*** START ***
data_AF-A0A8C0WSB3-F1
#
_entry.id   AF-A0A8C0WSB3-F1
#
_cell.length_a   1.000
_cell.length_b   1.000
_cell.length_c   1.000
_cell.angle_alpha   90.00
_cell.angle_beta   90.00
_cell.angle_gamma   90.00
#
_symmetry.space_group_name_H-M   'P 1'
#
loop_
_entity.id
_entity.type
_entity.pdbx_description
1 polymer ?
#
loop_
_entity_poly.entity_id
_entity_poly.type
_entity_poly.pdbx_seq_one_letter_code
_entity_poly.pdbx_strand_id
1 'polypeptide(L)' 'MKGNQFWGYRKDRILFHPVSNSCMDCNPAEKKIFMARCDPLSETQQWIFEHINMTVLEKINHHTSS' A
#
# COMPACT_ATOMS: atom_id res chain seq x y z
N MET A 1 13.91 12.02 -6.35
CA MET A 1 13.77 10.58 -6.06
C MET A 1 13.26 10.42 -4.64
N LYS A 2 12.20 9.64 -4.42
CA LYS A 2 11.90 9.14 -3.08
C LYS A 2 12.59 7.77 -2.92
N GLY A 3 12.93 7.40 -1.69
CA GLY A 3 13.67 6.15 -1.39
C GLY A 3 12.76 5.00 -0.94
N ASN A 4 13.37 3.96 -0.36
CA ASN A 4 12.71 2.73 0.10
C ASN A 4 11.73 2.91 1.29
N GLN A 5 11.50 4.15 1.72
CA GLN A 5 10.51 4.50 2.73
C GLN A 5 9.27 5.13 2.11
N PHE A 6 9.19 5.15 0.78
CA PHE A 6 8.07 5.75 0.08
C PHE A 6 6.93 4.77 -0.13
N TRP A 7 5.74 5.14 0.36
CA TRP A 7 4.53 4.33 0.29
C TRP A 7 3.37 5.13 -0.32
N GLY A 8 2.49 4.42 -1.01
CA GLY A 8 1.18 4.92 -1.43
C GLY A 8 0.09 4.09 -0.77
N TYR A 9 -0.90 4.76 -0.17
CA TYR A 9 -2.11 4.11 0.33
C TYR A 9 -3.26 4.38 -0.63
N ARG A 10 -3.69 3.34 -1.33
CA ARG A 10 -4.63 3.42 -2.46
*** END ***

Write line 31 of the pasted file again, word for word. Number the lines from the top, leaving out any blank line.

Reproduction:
N LYS A 2 12.20 9.64 -4.42